The camp is a beautiful, basic tented camp that has all the creature comforts one might need. It is set in the heart of the wetland and overlooks a resident herd of hundreds of black lechwe. From here, guests spend most of their time aboard dugout canoes or larger canoes exploring the swamp and its channels.
If you are looking for something a little different, off the beaten track, then this is the type of experience that would grab you. Birding is a focus in Bangweulu, with specials like the African Shoebill, Bluebreasetd bee-eaters and Swamp Flycatchers, the wetland is also home to one of the highest populations of Wattled Cranes in Africa, a stronghold for this endangered species.
A major highlight of visiting the region is going in search of the African Shoebill. It is one of the best places to find and view shoebills, at close proximity and under the guidance of highly skilled, well-trained shoebill guides, who have spent many years researching and understanding the bird species in the region. Guests undertake an early morning paddle across the swamps, binoculars in hand, floating, searching for the dinosaur-like bird. You are educated as to how, through conservation and education, local people now see the value in the presence of the birds and how each healthy, successful pair can bring revenue and stability to the swamps.
In a recent agreement with African Parks Network, and owing to unsustainable pressure on Bangweulu’s wildlife and fish stocks, in 2008, six Community Resource Boards (CRBs) and the Department of National Parks and Wildlife (DNPW) entered into a long-term agreement with African Parks to deliver on a shared vision to sustainably manage and protect the wetland and its inhabitants, long into the future.
In a fairly unknown historic twist, the crossing of Bangweulu Swamps, in his effort to find the source of the Nile River, was the last place in which David Livingstone explored before he sadly succumbed to malaria and dysentery and died in Chief Chitambo's Village near Lake Bangweulu in 1873.
Our last stop on this epic Zambian Escape was the home of the walking safari, South Luangwa National Park. We made one last flight, in a small bush aircraft, southwards, toward the winding Luangwa River, passing over large escarpments as the heat of the day pushed towers of hot air upwards, sending our small plane bouncing through the sky.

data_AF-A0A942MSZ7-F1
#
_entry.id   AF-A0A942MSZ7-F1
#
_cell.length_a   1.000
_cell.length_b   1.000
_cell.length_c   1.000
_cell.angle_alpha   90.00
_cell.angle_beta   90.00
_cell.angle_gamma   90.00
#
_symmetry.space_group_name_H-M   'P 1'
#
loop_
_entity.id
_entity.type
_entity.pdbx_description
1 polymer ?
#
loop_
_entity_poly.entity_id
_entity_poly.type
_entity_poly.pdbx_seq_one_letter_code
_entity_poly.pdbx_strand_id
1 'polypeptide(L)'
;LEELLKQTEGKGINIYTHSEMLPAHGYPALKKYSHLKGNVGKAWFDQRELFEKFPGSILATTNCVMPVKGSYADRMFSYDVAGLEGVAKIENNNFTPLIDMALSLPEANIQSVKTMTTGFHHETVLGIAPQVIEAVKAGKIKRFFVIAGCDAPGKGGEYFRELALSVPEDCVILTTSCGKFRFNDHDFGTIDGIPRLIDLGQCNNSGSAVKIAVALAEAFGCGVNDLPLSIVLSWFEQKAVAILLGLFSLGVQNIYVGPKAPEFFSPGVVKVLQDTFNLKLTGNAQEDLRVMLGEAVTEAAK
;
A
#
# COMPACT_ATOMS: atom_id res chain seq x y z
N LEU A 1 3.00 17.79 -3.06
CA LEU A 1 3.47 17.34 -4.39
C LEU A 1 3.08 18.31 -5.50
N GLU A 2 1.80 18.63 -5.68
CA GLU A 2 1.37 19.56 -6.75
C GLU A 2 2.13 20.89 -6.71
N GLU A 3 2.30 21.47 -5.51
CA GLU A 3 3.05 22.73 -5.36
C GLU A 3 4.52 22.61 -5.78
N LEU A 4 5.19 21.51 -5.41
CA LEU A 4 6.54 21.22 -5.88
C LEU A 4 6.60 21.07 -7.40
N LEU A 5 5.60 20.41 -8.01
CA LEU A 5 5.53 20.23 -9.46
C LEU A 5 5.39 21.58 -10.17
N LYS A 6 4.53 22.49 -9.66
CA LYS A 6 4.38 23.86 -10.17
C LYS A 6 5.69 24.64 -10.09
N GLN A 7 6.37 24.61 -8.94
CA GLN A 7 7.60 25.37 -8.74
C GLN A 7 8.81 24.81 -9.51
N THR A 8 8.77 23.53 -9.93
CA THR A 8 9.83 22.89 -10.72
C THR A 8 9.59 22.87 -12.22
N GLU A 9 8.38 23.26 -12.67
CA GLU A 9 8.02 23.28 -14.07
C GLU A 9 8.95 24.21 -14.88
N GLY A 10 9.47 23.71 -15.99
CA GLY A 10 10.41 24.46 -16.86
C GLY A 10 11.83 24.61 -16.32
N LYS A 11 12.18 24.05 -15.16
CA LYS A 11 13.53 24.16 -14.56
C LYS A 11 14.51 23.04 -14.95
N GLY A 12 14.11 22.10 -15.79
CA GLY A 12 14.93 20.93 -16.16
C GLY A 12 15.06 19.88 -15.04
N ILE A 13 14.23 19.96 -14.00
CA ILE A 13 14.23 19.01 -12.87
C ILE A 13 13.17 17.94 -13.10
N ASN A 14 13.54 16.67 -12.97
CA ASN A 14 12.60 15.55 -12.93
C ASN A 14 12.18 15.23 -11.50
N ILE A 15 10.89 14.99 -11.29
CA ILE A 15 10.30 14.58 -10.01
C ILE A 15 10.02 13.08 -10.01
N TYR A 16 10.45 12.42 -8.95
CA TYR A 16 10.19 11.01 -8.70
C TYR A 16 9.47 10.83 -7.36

We touched down and we were immediately hit by the distinct heat of the Luangwa Valley! We were back in the bush and heading in search of large mammals again.
Our home for the next week was Lion Camp, located in the northern region of South Luangwa National Park, along an old ox-box lake, previously connected to the Luangwa River, at the top end of Lion Plains. The Luangwa River is the lifeblood of this region, and as it winds its way along the valley floor, it creates lagoons, oxbows and open plains. Over the years, alluvial deposits have resulted in rich soils which are able to support attractive grasslands, dense woodlands and tall forests.
With such a diversity of landscapes and habitats, the wildlife in the region is not only well known but has become famous around the world, being documented by film crews who call South Launwga home during the dry season. Leopards, like the one pictured above, are followed daily by guests and film crews who wait in anticipation as she perfects a specialised technique of hunting from the branches of Sausage Trees (Kigelia Africana) as their flowers bloom, and then fall, attracting browsers like Puku and Impala below.
Years of conservation, ethical viewing of wildlife and a constant influx of excited guests have created a wilderness area that provides some of the most authentic and exciting game viewing known in Zambia. We spent the better part of the week exploring the river and its banks, in search of everything that was on offer. From Leopards to Carmine bee-eaters, who nest in the river banks in summer. Each encounter was unique and each picture taken was a memory to hold on to.
As we continue to grow as a business and as our expertise expands across the African continent, we are not only exposed to new wilderness areas but we gain more experience about regions we have visited before. We meet the people on the ground, we begin to understand the workings of these places more intimately and this first-hand experience helps our guests as we plan and facilitate more safaris around the continent.
For those passionate about Africa and seeking an intimate experience that is raw and unfiltered, Zambia is a place you need to visit. It will take hold of you and send you on a journey that you never expected to have.
Come Escape with us.